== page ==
Litigation Reform: An Institutional Approach, Stephen B. Burbank, Sean Farhang Jan 2014

Litigation Reform: An Institutional Approach, Stephen B. Burbank, Sean Farhang

Faculty Scholarship at Penn Law

The program of regulation through private litigation that Democratic Congresses purposefully created starting in the late 1960s soon met opposition emanating primarily from the Republican party. In the long campaign for retrenchment that began in the Reagan administration, consequential reform proved difficult and ultimately failed in Congress. Litigation reformers turned to the courts and, in marked contrast to their legislative failure, were well-rewarded, achieving growing rates of voting support from an increasingly conservative Supreme Court on issues curtailing private enforcement under individual statutes. We also demonstrate that the judiciary’s control of procedure has been central to the campaign to ...


Poisoning The Next Apple? The America Invents Act And Individual Inventors, David S. Abrams, R. Polk Wagner Mar 2013

Poisoning The Next Apple? The America Invents Act And Individual Inventors, David S. Abrams, R. Polk Wagner

Faculty Scholarship at Penn Law

The Leahy-Smith America Invents Act, the most significant patent law reform effort in two generations, has a dark side: It seems likely to decrease the patenting behavior of small inventors, a category which occupies special significance in American innovation history. In this paper we empirically predict the effects of the major change in the law: a shift in the patent priority rules from the United States’ traditional “first-to-invent” system to the predominant “first-to-file” system. While there has been some theoretical work on this topic, we use the Canadian experience with a similar change as a natural experiment to shed the ...


Rewards For Rights Ratification? Testing For Tangible And Intangible Benefits Of Human Rights Treaty Ratification, Richard Neilsen, Beth A. Simmons Jan 2012

Rewards For Rights Ratification? Testing For Tangible And Intangible Benefits Of Human Rights Treaty Ratification, Richard Neilsen, Beth A. Simmons

Faculty Scholarship at Penn Law

Among the explanations for state ratification of human rights treaties, few are more common and widely accepted than the conjecture that states are rewarded for ratification by other states. These rewards are expected to come in the form of tangible benefits—foreign aid, trade, and investment—and intangible benefits such as praise, acceptance, and legitimacy. Surprisingly, these explanations for ratification have never been tested empirically. We summarize and clarify the theoretical underpinnings of “reward-for-ratification” theories and test these propositions empirically by looking for increased international aid, economic agreements, and public praise and recognition following ratification of four prominent human rights ...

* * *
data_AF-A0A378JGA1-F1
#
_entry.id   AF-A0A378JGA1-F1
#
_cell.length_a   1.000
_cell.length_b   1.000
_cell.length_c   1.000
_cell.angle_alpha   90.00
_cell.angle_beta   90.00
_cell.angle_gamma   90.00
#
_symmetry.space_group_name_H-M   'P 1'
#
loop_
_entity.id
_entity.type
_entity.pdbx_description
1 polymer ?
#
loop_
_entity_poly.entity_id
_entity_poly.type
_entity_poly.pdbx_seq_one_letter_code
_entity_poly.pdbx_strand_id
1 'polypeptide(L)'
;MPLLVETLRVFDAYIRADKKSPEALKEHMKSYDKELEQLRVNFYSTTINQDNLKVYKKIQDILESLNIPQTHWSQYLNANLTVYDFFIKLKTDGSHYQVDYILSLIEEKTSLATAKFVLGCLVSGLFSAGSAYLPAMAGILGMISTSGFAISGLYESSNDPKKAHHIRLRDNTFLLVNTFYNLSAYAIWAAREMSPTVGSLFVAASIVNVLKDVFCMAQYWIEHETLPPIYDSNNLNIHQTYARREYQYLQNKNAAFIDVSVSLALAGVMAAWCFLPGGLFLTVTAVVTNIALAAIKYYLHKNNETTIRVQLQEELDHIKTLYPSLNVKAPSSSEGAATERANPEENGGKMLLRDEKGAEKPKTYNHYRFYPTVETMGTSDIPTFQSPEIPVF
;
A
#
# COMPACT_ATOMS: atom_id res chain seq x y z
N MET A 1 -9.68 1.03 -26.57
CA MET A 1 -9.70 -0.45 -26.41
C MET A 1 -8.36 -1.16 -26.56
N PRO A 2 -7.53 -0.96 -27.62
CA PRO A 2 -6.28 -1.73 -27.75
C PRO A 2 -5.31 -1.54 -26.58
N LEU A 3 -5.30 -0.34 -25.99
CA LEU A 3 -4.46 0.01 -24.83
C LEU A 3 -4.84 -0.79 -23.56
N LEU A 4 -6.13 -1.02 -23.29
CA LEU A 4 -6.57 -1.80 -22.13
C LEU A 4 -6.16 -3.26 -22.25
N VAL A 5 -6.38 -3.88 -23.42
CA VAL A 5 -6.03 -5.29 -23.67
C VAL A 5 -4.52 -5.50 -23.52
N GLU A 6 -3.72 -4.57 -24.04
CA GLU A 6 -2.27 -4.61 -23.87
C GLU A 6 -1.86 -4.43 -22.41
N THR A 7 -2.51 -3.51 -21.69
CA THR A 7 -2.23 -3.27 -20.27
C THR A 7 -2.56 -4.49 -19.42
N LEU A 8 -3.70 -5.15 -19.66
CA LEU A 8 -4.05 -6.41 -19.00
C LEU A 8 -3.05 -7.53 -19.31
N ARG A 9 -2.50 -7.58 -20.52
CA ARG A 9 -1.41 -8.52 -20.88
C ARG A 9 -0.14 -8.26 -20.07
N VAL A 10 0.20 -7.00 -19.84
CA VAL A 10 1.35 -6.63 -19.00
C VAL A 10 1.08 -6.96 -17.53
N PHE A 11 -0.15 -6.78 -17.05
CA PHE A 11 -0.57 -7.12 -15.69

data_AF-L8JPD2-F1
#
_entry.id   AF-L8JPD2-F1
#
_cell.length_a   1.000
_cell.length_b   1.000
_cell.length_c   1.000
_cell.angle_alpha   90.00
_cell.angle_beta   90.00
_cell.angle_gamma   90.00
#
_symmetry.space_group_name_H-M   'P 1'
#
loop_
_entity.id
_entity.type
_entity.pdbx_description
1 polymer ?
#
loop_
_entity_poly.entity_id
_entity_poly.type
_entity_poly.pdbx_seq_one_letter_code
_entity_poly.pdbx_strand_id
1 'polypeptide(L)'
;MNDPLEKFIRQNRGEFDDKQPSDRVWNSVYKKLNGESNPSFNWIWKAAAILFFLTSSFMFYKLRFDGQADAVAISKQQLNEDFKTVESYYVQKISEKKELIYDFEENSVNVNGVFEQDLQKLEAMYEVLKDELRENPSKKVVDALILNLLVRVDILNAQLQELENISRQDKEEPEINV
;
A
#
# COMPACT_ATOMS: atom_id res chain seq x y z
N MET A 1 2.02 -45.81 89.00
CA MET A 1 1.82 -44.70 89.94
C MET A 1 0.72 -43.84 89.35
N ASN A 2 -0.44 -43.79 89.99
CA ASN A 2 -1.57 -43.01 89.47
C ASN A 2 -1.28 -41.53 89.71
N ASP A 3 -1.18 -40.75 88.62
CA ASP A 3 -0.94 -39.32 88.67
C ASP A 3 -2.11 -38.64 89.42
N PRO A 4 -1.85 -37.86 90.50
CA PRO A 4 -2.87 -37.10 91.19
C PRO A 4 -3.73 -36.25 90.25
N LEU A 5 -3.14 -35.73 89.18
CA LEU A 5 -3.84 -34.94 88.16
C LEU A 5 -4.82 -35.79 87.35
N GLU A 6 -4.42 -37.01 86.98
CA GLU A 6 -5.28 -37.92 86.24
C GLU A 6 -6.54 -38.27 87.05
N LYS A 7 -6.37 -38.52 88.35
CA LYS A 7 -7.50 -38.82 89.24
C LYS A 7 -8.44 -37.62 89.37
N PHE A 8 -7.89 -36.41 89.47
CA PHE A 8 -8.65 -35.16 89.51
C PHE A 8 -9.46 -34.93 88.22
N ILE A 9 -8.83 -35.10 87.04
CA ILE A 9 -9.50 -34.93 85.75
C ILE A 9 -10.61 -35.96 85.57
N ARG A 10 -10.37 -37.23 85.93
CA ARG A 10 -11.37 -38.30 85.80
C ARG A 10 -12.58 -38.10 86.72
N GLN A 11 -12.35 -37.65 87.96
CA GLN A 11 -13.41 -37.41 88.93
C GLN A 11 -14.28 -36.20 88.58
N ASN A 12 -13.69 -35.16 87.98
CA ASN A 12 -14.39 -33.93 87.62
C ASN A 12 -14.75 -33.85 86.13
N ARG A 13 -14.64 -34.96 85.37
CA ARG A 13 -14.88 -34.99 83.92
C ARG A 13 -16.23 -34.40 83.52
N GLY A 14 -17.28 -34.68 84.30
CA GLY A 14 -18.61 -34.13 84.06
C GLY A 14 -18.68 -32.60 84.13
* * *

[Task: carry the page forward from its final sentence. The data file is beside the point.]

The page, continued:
Evaluating The Social Effects Of Environmental Leadership Programs, Jonathan C. Borck, Cary Coglianese, Jennifer Nash Oct 2008

Evaluating The Social Effects Of Environmental Leadership Programs, Jonathan C. Borck, Cary Coglianese, Jennifer Nash

Faculty Scholarship at Penn Law

In the past decade, EPA and over 20 states have created voluntary environmental leadership programs designed to recognize and reward businesses that take steps that go beyond compliance with the strictures of environmental law. Environmental leadership programs seek not only to spur direct improvements to environment quality but also to advance broader social goals that may lead indirectly to environmental improvements, such as improving business-government relationships and changing business culture. Measuring progress toward leadership programs’ social goals is a particularly challenging but essential task if researchers and decision makers are to understand the full impacts of these programs. In this ...


Environmental Leadership Programs: Toward An Empirical Assessment Of Their Performance*, Jonathan C. Borck, Cary Coglianese, Jennifer Nash Jan 2008

Environmental Leadership Programs: Toward An Empirical Assessment Of Their Performance*, Jonathan C. Borck, Cary Coglianese, Jennifer Nash

Faculty Scholarship at Penn Law

Over the past decade, the U.S. Environmental Protection Agency (EPA) and states have developed environmental leadership programs (ELPs), a type of voluntary environmental program designed to recognize facilities with strong environmental performance records and encourage facilities to perform better. Proponents argue that ELPs overcome some of the limitations of traditional environmental regulation by encouraging managers to address the full gamut of environmental problems posed by their facilities, reducing the costs of environmental regulation, easing adversarialism, and fostering positive culture change. Although ELPs have been in place for at least five years at the federal level and in seventeen states ...


Regulation And Regulatory Processes, Cary Coglianese, Robert Kagan Jun 2007

Regulation And Regulatory Processes, Cary Coglianese, Robert Kagan

Faculty Scholarship at Penn Law

Regulation of business activity is nearly as old as law itself. In the last century, though, the use of regulation by modern governments has grown markedly in both volume and significance, to the point where nearly every facet of today’s economy is subject to some form of regulation. When successful, regulation can deliver important benefits to society; however, regulation can also impose undue costs on the economy and, when designed or implemented poorly, fail to meet public needs at all. Given the importance of sound regulation to society, its study by scholars of law and social science is also ...